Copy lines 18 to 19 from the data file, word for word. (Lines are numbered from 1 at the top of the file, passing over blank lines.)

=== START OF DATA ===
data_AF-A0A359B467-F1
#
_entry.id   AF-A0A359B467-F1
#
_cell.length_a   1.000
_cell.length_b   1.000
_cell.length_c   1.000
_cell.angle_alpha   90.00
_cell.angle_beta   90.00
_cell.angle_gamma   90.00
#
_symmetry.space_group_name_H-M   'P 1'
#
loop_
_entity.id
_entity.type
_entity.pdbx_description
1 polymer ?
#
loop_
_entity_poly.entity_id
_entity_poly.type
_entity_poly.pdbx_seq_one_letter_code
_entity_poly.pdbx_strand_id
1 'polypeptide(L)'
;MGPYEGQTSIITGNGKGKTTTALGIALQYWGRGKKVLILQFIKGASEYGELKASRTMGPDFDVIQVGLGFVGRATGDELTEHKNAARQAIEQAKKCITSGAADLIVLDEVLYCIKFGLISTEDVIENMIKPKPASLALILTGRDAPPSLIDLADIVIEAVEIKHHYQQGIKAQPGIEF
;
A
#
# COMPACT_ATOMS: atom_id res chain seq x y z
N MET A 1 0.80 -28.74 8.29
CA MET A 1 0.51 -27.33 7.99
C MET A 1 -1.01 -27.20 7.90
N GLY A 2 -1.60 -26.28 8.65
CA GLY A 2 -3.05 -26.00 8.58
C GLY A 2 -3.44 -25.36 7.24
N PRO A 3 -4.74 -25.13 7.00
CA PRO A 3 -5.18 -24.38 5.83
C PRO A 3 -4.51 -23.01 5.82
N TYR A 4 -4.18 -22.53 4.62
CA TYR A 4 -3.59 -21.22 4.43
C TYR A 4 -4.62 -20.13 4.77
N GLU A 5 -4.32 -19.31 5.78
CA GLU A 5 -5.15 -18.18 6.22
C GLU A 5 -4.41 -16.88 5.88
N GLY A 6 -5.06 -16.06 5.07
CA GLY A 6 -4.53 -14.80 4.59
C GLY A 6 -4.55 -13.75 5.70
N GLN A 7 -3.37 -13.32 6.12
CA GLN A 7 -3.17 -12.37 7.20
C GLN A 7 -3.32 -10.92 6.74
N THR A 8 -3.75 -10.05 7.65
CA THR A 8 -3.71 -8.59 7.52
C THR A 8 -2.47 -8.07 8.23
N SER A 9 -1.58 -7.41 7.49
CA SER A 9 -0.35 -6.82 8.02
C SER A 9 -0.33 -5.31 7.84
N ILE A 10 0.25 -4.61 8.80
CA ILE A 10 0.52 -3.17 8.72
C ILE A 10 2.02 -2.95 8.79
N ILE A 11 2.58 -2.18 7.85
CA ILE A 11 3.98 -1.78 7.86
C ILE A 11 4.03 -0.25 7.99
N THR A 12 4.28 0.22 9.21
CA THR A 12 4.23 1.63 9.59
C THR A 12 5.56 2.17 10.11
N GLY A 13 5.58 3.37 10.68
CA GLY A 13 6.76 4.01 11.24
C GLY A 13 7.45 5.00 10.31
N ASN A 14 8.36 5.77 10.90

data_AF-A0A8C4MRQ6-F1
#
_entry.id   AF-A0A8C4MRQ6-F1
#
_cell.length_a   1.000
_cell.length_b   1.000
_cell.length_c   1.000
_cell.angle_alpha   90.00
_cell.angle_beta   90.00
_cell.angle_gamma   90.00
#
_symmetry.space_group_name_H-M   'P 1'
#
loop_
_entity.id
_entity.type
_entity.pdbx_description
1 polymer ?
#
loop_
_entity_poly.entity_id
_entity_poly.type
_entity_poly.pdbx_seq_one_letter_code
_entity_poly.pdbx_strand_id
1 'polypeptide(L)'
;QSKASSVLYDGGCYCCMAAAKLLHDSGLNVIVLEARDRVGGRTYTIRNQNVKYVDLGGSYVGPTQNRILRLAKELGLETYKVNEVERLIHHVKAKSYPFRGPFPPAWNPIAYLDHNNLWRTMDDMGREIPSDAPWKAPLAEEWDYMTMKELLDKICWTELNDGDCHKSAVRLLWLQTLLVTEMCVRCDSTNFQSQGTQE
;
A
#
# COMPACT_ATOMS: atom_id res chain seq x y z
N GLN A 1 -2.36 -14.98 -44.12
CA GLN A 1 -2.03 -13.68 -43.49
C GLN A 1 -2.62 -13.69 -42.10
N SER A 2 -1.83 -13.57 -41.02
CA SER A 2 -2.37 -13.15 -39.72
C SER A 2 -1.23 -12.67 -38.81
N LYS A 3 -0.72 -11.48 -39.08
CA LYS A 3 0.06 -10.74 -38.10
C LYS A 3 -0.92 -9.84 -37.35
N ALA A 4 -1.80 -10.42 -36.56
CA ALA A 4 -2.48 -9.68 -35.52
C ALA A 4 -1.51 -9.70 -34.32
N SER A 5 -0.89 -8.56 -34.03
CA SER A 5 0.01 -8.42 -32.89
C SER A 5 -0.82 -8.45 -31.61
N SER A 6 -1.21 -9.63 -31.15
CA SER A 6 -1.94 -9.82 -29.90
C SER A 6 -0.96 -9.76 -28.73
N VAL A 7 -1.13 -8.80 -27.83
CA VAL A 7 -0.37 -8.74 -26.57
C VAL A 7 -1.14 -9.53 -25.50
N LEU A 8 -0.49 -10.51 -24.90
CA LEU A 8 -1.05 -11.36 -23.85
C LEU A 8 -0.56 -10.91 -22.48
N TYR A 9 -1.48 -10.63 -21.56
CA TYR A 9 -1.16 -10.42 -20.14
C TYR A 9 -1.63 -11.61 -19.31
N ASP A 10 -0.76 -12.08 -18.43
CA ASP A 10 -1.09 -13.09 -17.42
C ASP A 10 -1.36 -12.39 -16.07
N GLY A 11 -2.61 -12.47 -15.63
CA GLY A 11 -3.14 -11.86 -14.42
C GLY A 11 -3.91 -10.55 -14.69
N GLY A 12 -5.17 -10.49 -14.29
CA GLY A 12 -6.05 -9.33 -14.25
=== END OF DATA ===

1 polymer ?
#